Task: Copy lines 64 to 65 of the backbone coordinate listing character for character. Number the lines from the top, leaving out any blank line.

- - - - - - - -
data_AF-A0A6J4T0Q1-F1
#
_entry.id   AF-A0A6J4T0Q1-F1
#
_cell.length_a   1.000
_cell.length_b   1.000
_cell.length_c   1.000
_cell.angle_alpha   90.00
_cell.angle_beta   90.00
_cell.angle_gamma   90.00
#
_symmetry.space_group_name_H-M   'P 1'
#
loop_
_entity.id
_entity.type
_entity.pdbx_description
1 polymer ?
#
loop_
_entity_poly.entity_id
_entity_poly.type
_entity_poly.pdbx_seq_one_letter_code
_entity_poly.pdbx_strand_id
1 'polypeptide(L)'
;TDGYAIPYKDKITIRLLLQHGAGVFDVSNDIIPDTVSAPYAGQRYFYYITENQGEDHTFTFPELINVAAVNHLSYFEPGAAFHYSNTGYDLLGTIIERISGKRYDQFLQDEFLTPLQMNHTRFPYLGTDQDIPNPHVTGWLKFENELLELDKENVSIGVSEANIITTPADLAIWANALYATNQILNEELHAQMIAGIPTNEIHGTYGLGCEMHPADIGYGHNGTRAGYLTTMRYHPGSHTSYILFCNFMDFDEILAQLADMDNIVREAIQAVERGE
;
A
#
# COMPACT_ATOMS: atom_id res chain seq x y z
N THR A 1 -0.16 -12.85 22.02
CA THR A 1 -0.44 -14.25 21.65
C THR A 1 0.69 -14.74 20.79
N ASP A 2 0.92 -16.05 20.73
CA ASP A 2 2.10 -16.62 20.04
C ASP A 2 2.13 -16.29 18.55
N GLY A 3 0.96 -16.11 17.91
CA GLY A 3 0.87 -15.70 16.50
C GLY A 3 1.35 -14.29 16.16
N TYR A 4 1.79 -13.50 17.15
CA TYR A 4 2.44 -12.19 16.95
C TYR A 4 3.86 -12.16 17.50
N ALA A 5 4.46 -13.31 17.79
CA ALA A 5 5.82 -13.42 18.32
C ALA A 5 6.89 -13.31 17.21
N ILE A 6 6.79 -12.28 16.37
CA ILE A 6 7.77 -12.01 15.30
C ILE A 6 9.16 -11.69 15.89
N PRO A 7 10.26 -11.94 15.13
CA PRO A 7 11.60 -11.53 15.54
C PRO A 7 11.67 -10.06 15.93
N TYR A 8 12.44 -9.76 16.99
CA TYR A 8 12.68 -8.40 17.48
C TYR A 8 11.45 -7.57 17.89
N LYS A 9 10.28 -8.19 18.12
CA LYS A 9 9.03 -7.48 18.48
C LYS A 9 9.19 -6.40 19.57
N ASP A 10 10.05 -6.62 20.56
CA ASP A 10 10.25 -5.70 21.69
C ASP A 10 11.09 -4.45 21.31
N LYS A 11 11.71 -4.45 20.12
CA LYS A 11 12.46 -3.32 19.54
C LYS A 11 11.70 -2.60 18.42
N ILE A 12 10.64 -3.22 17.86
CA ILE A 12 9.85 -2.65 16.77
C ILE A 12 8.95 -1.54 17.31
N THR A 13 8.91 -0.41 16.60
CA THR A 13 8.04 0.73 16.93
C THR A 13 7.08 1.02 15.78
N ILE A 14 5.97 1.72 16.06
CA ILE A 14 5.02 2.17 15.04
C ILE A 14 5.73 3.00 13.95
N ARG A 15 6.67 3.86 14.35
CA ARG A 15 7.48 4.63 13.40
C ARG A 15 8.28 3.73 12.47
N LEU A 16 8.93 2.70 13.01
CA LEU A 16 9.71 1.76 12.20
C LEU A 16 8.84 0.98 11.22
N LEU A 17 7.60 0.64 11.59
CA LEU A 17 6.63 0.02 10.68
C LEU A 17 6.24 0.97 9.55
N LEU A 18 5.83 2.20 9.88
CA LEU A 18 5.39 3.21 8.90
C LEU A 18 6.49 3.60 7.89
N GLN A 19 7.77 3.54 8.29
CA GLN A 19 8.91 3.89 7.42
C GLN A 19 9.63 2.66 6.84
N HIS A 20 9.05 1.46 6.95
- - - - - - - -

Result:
N ILE A 12 10.64 -3.22 17.86
CA ILE A 12 9.85 -2.65 16.77